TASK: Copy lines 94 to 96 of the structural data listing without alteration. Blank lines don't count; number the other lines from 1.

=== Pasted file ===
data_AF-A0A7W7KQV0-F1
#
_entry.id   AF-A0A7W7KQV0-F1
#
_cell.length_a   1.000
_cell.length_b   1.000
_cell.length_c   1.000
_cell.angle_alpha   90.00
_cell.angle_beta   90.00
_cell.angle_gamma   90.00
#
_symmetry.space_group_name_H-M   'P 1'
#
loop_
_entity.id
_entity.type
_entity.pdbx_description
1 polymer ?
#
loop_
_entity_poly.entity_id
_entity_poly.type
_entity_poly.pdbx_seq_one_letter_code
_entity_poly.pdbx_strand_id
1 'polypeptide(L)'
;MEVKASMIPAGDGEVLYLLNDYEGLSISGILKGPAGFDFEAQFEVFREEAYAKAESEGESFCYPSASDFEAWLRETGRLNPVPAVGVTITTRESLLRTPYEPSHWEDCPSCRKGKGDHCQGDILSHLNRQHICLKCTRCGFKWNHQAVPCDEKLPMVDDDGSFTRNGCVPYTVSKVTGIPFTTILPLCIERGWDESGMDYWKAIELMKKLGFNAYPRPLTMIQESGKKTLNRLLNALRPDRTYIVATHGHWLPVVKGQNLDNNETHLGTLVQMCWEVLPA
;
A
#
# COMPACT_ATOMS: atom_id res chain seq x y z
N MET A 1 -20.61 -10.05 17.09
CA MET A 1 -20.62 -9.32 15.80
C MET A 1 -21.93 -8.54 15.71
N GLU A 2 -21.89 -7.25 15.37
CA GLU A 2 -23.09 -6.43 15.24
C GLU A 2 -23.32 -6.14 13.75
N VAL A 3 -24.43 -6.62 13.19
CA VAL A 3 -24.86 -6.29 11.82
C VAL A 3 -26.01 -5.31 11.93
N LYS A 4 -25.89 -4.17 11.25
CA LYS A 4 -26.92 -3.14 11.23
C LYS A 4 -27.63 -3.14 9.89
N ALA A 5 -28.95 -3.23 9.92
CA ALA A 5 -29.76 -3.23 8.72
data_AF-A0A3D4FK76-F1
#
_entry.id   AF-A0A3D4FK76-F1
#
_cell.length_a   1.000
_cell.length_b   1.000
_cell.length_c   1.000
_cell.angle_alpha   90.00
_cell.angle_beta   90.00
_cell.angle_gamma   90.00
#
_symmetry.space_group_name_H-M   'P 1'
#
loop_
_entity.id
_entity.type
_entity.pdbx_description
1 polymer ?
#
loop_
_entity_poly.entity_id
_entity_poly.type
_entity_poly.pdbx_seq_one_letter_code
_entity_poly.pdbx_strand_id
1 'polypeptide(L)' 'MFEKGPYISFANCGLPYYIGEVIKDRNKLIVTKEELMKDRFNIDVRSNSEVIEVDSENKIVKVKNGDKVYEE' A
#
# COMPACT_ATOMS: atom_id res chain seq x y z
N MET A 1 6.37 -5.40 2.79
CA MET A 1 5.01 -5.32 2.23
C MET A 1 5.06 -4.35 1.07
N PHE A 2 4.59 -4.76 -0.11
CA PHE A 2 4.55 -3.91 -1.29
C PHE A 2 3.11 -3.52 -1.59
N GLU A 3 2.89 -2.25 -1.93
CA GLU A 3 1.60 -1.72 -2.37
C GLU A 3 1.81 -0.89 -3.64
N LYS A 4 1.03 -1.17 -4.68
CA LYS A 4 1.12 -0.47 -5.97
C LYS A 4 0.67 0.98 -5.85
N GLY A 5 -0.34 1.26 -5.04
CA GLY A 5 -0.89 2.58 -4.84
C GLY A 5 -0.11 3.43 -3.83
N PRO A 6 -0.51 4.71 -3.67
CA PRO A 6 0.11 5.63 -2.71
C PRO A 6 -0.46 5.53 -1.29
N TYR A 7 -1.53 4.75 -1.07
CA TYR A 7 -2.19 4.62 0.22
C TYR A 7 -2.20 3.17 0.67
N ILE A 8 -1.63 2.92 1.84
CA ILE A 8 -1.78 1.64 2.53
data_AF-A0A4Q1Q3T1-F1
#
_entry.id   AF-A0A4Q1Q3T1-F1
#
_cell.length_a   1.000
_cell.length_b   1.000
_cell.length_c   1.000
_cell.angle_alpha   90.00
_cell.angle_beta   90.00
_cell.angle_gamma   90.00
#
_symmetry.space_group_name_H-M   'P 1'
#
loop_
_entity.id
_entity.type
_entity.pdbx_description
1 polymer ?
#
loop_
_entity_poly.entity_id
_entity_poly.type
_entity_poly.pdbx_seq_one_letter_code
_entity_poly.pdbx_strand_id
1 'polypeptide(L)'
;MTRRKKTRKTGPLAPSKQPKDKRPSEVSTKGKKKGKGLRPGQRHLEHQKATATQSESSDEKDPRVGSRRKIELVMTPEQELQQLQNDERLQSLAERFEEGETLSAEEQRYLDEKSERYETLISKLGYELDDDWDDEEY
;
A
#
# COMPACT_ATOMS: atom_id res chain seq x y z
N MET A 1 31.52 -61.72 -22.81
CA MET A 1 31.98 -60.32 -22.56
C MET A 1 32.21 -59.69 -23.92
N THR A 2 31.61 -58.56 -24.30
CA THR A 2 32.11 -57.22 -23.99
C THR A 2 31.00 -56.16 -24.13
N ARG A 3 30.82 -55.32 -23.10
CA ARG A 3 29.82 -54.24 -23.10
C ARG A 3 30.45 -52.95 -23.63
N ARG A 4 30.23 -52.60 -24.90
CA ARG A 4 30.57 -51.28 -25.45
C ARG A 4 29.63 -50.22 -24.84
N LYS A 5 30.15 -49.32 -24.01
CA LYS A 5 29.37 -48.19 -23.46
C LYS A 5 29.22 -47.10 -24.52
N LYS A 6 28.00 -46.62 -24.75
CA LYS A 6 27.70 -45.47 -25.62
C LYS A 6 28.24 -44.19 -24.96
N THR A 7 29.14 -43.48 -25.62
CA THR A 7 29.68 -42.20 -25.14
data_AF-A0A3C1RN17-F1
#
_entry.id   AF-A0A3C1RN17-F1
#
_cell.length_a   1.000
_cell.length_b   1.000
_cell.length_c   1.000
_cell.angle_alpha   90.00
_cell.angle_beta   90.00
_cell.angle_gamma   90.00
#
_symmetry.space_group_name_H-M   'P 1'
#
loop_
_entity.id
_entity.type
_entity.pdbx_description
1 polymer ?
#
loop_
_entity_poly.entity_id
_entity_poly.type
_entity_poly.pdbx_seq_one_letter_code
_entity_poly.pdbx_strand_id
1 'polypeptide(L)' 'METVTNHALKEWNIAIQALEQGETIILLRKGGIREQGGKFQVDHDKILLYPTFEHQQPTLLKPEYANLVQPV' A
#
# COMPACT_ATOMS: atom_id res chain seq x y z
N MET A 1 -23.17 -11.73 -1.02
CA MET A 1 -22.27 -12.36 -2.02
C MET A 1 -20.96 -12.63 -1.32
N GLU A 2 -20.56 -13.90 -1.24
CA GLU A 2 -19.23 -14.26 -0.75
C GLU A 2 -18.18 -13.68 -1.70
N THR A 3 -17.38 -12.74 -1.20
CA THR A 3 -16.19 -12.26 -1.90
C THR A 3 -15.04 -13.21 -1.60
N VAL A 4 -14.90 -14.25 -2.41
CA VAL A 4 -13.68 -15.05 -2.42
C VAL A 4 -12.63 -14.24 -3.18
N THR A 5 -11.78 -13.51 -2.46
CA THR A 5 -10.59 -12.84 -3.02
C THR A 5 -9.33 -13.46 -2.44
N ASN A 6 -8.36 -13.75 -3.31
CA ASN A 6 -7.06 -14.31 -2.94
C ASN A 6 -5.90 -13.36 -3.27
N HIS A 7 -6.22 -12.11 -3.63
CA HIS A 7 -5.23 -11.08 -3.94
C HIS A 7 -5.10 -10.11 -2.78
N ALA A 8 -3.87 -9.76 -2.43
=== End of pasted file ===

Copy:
CA ILE A 8 -1.78 1.64 2.53
data_AF-A0A4Q1Q3T1-F1
#